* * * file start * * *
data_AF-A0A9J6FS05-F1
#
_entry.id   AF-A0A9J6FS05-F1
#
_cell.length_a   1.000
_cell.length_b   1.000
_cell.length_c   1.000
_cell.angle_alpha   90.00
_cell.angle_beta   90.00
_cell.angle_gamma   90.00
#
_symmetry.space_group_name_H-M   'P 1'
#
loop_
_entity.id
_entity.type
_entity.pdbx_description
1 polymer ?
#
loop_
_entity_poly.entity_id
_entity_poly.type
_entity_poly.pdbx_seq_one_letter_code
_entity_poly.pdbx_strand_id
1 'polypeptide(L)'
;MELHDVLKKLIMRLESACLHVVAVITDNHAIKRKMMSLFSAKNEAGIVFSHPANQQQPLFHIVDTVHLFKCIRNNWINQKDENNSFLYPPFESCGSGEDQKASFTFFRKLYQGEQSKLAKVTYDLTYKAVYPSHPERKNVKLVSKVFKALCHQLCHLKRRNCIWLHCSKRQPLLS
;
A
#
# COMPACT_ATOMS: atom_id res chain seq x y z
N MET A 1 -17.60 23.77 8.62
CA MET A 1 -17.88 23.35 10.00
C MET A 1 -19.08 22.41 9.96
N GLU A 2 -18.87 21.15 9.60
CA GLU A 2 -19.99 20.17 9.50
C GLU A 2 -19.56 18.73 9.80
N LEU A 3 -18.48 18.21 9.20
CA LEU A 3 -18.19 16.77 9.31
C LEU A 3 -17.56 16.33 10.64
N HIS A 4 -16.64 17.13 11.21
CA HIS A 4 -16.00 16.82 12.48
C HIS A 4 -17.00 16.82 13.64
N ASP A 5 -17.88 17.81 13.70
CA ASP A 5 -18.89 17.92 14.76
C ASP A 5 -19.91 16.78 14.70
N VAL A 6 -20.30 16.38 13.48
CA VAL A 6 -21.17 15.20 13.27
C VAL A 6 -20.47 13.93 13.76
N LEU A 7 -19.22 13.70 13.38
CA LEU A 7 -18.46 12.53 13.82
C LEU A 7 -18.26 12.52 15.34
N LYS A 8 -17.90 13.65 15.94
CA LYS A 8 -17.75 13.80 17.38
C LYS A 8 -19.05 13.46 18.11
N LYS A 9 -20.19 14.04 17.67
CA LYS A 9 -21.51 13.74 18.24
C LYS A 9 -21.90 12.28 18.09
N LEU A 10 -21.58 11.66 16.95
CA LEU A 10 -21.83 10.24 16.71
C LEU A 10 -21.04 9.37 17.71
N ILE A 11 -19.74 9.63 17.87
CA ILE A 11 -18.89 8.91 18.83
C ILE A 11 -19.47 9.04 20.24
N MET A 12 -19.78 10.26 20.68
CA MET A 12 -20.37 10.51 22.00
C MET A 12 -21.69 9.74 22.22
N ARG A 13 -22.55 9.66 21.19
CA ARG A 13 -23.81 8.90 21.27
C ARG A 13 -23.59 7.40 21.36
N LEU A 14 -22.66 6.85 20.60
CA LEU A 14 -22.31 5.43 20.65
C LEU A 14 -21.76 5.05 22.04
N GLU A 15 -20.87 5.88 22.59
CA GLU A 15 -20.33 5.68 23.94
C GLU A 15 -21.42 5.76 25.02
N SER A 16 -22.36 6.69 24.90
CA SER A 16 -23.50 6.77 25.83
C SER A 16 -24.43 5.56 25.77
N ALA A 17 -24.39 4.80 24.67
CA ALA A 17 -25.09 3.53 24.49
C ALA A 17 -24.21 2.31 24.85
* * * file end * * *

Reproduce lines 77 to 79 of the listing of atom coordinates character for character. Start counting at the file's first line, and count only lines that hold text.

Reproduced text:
CA SER A 16 -23.50 6.77 25.83
C SER A 16 -24.43 5.56 25.77
N ALA A 17 -24.39 4.80 24.67